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African-Americans & the Black Experience: Databases & Books for African-American Research

Databases

Databases

Books are shelved by Library of Congress call numbers. Use Avalon, the library's online catalog, to find books and eBooks. The following subject headings and terms can be useful search terms in many of the databases including the library catalog.

In the Library of Congress subject headings, the standard search term for African American or Black American is African American, but works may also be listed under African Americans (plural) when the subject deals with African Americans as a group. The term African American is used primarily as an adjective modifying another group designation. In other words, African Americans -- Civil rights deals with the civil rights of African Americans, while African American Civil rights workers refers to civil rights workers who are African American.

In Murrell Library, books with African Americans as the primary subject heading have call numbers beginning with E185.  You can browse both print books and eBooks by using Avalon and doing a call number search on E185Many other books with African Americans as subject heading will be located elsewhere in the library depending upon content, so search Avalon to make sure you don't miss anything. Some subject headings include:

  • African American church musicians
  • African American college students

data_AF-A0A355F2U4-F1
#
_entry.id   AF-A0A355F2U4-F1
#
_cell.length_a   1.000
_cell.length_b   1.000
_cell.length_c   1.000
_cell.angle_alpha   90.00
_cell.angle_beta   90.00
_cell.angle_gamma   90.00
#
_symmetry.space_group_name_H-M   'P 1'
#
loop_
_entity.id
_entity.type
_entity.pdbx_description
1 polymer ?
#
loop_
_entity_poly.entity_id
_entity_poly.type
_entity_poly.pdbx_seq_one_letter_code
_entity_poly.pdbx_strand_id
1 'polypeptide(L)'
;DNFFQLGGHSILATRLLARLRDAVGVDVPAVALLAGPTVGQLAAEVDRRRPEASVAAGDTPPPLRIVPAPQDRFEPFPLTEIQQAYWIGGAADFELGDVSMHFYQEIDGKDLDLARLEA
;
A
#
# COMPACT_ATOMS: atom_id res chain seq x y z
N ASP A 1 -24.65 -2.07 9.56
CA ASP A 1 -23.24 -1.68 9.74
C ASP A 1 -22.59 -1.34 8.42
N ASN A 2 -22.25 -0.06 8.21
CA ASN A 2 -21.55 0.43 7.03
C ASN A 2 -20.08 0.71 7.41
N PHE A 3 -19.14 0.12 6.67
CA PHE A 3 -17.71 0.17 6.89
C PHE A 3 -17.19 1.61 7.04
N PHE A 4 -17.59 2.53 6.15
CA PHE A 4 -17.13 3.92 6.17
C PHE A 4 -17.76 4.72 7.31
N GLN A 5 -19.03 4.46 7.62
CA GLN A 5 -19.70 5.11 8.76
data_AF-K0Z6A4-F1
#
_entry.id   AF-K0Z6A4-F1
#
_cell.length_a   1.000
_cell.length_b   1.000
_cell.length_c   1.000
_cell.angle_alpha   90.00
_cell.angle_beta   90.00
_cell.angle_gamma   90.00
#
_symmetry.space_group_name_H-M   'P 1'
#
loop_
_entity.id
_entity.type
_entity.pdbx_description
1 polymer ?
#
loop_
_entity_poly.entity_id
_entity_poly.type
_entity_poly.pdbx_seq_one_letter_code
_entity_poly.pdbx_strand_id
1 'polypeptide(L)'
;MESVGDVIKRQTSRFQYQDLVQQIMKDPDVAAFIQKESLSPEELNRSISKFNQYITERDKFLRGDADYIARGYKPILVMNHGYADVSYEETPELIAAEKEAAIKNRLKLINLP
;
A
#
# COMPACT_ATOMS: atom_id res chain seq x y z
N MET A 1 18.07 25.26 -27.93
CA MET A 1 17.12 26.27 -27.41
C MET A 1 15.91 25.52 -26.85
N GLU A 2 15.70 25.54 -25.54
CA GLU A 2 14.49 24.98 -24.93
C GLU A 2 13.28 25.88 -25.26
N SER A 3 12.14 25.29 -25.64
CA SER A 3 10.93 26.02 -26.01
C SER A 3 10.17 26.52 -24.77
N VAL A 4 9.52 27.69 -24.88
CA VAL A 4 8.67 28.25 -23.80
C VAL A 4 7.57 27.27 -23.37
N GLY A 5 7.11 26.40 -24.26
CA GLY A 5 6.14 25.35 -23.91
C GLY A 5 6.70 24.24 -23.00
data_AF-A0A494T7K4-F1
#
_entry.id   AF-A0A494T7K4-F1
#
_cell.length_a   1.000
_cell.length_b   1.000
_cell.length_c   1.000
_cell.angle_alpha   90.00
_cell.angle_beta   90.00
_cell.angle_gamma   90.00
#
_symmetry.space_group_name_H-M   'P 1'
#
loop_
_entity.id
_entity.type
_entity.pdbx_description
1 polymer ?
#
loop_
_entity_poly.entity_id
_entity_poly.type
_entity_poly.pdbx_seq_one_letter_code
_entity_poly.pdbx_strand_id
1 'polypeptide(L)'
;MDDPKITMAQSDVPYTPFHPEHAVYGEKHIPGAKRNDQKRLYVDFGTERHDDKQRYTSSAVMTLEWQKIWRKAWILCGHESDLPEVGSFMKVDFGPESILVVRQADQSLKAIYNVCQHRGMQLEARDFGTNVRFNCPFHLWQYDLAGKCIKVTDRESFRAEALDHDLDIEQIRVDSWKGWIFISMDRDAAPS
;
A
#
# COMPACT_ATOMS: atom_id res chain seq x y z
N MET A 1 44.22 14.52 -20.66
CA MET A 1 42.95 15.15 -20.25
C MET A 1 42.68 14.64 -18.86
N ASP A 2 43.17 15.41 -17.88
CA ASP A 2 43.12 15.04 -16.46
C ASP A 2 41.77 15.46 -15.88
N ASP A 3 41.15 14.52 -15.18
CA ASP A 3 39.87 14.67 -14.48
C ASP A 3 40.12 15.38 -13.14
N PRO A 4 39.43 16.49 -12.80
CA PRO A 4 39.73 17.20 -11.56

• African American families
  • African American music [In place of African American songs]
  • African American women abolitionists
  • African American women clergy
  • African American women social reformers
  • African Americans -- Suffrage
  • American drama -- African American authors
  • Anniversaries
  • Bibliography
  • Biography
  • Black English
  • Black power -- United States
  • Civil rights
  • Civil rights - United States
  • Civil rights workers -- United States
  • Correspondence
  • Diaries
  • Education
  • Folklore
  • Free African Americans
  • Harlem Renaissance
  • Hip-hop
  • History
  • Intellectual life
  • Literature
  • Periodicals
  • Political activity
  • Poor People's Campaign
  • Rap (music)
  • Religion
  • Selma-Montgomery Rights March, 1965
  • Slaves' writings, American
  • Social conditions
  • Social life and customs
  • Societies, etc
  • Songs and music
  • Spirituals (Songs) [In place of African American spirituals]

When searching for groups who temporarily reside in the United States (such as resident aliens, students from abroad, etc.), use Blacks -- United States. For searches involving blacks who do not reside in the United States, use Blacks -- [country, city, etc.]. For example: Blacks -- Brazil.

Google Books provides the largest collection of digitized books.  Unfortunately, due to copyright restrictions, many are restricted to snippets.  Also, Google Books is also populated with magazines (which can be good or bad depending on what you are looking for). Click on the advanced search feature so you can restrict your search to full-text only and books.

The Internet Text Archives provides access to millions of free digital texts.  The books here are divided into several sections, including books from American libraries (the largest section with 1.2 million texts), books from Canadian libraries, Open Source books, Project Gutenberg, and Children’s Library. If you want to browse check the nav on the right for the most popular downloads of all time, the most popular downloads of this week, and Editor’s Picks. You can do keyword searches, too. If you want to do anything beyond a simple keyword search I recommend you go straight to the advanced search page; there are so many fields available to search that it’s hard to remember them all. The advanced search is easier.

Project Gutenberg provides access to electronic texts of many works related to African Americans. Check out the African American Writers Bookshelf  for some examples! For another example, see Norman Coombs, The Black Experience in America